Lawsuit: LaSalle County deputies stripped woman after DUI arrest
BY JANET LUNDQUIST email@example.com October 1, 2013 3:20PM
Updated: November 3, 2013 6:24AM
A Coal City woman claims four LaSalle County deputies threw her to the ground, stripped off her clothes and forced her to sit naked in a jail cell after a DUI arrest earlier this year.
Dana J. Holmes made the allegations in an eight-count federal lawsuit filed in U.S. District Court in Chicago against the county, Sheriff Tom Templeton and the four deputies. The lawsuit seeks more than $700,000 in damages plus costs.
Holmes was arrested in May by Marseilles police for driving under the influence, the lawsuit states.
Although she had the cash to post bond, police took her to the LaSalle County jail in the early-morning hours of May 19, the lawsuit says.
When she arrived at the jail, Deputy Samantha Kromm performed a pat-down of Holmes, according to the lawsuit, and Holmes states she cooperated. For unexplained reasons, two other deputies, Tyson Szafranski and Deputy Hollenbeck, threw her to the ground during the pat-down, the lawsuit says. The three deputies, along with Deputy Puckett, “attacked and restrained” her on the ground, according to the lawsuit.
Puckett and Hollenbeck’s first names do not appear in the lawsuit.
The four deputies then carried Holmes to a jail cell, where they removed all of her clothes and left her naked, the lawsuit says. The entire incident was recorded by a surveillance camera, and Holmes believes other officers watched the recording, the lawsuit states.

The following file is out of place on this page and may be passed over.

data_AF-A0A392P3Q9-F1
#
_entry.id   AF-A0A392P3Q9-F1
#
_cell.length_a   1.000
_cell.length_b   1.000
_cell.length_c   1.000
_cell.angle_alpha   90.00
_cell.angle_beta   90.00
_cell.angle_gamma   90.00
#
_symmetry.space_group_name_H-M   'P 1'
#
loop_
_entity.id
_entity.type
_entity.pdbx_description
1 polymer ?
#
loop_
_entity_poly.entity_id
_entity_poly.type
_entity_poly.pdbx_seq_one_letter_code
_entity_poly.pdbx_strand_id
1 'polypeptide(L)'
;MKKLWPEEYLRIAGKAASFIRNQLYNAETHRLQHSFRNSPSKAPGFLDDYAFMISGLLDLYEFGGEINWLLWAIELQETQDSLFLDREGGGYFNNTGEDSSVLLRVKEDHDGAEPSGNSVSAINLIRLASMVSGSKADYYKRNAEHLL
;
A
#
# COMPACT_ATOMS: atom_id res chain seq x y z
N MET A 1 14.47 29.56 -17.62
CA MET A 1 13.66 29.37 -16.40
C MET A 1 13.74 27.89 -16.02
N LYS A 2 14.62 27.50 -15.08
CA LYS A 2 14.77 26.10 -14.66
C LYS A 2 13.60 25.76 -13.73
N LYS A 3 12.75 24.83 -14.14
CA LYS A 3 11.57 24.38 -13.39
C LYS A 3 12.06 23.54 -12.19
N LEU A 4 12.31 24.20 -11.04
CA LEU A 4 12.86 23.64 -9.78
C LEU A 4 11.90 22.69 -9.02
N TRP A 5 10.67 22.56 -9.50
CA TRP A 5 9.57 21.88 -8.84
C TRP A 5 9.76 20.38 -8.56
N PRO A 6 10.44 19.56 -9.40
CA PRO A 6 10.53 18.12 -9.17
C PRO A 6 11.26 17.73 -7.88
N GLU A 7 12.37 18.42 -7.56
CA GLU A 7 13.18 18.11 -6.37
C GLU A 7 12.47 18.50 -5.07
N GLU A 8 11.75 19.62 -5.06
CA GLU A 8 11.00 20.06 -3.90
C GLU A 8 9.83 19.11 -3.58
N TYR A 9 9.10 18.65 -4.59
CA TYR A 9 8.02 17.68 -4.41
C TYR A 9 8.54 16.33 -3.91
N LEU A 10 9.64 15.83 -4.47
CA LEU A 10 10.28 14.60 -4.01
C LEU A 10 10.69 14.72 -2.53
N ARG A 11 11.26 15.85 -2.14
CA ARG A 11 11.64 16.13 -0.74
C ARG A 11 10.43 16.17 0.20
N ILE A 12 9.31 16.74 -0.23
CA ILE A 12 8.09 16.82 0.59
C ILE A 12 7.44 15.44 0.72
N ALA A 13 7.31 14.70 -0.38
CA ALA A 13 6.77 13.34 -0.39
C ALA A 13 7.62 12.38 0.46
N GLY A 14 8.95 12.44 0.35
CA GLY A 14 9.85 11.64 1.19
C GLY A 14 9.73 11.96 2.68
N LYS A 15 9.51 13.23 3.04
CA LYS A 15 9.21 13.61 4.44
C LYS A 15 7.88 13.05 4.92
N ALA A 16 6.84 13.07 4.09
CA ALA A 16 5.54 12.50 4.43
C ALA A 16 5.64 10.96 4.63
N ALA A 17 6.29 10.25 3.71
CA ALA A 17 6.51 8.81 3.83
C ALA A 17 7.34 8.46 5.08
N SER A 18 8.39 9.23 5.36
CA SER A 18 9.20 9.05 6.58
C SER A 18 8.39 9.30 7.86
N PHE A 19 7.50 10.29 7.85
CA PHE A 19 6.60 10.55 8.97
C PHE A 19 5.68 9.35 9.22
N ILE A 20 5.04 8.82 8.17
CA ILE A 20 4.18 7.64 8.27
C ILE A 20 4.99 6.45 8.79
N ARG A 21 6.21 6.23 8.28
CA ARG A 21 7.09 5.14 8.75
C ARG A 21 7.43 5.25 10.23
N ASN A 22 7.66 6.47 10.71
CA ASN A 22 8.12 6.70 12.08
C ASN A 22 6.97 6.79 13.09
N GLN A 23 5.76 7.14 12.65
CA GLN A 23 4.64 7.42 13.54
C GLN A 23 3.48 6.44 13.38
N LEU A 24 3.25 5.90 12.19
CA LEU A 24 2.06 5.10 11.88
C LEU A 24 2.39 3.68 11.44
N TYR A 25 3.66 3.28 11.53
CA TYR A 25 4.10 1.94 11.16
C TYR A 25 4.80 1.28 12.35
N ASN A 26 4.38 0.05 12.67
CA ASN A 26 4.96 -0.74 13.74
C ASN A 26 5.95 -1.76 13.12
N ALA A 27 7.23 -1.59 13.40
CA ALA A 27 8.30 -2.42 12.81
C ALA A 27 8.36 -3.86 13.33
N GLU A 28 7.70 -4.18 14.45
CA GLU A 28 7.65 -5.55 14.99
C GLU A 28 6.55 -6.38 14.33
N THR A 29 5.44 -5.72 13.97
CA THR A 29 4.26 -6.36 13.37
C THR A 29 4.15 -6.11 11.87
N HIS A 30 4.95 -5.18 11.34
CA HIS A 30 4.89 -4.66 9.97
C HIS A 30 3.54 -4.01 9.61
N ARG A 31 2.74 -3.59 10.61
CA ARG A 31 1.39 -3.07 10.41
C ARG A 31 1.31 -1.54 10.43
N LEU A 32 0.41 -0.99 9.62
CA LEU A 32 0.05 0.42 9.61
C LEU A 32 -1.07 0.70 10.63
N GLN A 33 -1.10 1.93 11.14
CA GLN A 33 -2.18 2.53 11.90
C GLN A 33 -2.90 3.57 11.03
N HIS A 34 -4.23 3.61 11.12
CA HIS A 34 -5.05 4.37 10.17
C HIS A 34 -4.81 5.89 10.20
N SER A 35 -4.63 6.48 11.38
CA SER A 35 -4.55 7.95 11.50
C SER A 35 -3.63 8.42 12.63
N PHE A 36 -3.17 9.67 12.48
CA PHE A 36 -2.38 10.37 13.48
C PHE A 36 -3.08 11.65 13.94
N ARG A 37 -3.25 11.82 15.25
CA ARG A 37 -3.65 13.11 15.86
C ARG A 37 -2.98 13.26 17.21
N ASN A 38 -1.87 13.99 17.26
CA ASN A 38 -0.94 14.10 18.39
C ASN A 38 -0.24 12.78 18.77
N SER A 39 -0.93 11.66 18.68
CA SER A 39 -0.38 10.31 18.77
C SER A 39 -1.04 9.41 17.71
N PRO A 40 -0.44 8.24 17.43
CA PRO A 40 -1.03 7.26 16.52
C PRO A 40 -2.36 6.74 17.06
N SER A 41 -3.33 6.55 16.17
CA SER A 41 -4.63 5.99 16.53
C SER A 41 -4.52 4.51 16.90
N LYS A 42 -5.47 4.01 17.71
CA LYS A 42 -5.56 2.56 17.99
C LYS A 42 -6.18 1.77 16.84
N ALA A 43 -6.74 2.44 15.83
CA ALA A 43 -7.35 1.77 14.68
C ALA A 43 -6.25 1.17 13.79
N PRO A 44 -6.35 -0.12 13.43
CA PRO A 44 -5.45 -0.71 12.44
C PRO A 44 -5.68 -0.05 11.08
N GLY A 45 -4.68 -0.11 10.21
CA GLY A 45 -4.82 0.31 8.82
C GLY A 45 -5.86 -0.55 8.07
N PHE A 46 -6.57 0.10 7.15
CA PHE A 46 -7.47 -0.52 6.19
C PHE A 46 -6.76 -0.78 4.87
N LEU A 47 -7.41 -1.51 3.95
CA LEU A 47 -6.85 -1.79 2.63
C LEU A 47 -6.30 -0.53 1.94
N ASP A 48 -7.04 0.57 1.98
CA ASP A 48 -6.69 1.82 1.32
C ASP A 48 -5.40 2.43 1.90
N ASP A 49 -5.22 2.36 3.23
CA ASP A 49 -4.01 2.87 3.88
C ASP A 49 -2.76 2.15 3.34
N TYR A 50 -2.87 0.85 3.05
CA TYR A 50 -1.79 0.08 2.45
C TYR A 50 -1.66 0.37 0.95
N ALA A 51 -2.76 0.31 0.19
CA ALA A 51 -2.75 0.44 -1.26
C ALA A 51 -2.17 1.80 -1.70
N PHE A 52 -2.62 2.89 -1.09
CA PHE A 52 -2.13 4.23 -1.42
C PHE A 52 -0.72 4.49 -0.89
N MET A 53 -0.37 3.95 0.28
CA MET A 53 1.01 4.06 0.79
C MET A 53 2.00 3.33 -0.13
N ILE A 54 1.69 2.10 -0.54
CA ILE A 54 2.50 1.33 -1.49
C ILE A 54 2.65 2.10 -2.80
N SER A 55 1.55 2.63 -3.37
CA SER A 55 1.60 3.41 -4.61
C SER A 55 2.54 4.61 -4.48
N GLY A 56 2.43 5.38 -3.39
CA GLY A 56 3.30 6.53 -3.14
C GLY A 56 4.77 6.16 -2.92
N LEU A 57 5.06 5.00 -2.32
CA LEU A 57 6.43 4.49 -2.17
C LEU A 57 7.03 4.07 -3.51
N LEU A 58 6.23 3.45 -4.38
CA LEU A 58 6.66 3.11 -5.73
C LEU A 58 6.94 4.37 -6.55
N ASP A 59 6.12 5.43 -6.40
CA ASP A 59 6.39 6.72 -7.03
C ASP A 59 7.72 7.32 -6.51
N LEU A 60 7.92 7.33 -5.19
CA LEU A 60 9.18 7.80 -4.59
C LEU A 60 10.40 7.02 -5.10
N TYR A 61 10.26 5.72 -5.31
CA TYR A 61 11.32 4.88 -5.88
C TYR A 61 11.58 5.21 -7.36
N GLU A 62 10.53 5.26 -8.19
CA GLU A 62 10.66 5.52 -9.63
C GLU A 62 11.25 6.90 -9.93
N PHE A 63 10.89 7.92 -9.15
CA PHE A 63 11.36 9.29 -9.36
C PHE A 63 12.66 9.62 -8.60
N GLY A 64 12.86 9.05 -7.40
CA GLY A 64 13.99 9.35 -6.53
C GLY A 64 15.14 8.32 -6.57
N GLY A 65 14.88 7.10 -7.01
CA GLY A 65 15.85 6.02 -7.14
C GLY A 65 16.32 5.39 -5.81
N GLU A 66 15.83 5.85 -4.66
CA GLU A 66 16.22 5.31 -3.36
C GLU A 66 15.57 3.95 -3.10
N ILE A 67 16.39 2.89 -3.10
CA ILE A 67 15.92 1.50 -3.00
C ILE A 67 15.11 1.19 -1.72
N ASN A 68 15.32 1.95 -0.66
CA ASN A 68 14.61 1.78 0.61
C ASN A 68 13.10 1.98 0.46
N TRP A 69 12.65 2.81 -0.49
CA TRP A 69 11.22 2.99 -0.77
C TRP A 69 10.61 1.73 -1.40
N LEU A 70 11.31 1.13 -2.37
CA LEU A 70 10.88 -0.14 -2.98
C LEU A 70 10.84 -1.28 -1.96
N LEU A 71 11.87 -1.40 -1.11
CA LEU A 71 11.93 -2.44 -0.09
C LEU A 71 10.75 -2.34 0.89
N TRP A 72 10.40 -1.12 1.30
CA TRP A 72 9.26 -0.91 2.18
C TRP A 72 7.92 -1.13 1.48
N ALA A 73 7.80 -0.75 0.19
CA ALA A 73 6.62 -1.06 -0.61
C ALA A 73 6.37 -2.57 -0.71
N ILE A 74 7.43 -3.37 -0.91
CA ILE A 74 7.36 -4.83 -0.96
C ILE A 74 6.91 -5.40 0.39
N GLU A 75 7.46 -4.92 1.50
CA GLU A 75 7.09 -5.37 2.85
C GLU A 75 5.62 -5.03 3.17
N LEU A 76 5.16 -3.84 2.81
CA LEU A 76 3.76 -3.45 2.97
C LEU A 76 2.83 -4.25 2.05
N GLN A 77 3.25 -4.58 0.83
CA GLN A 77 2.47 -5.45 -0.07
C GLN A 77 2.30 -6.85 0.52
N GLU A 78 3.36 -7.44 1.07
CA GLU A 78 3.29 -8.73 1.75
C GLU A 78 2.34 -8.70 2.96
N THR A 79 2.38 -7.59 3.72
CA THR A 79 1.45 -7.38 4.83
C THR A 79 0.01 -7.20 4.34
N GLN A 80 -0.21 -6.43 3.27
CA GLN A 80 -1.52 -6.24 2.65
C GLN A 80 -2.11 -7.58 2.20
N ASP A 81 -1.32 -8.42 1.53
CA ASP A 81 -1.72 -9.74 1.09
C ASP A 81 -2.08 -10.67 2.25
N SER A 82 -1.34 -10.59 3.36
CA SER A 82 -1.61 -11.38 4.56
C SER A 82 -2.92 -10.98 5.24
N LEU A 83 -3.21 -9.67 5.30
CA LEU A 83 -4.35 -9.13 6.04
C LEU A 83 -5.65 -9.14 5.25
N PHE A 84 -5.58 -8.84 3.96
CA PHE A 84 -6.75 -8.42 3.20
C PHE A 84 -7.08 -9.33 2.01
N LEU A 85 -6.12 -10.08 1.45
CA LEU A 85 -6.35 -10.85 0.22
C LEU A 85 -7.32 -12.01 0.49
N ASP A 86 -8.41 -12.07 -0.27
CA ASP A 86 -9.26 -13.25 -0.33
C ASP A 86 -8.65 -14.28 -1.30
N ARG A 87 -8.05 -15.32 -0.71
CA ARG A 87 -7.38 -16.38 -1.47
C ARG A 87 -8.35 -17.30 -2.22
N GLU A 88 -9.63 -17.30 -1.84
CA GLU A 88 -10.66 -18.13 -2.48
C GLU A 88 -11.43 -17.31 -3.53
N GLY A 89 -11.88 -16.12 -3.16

She eventually was taken out of the cell, still naked, for booking, and tried to cover herself with a blanket while she was being fingerprinted, the lawsuit states.
“There was no legitimate or necessary law enforcement or safety objective to stripping plaintiff of her clothing and forcing her to remain unclothed during her detention at the jail,” the lawsuit states. “The only objective of the officers was to harass, humiliate and inflict psychological pain on the plaintiff.”
In her filing, Holmes pointed out that state law prohibits police from conducting a strip search unless they have reason to believe the person is concealing a weapon or a controlled substance.
Templeton said Tuesday he was aware that a lawsuit had been filed but he had not seen a copy. He declined to comment on the allegations.
Templeton said the state’s attorney’s civil division will represent the sheriff’s department, as it handles all civil cases filed against the county, and it has asked Templeton to refer questions to the state’s attorney’s office.
Todd Martin, chief civil assistant state’s attorney, said Tuesday the county does not comment on pending litigation.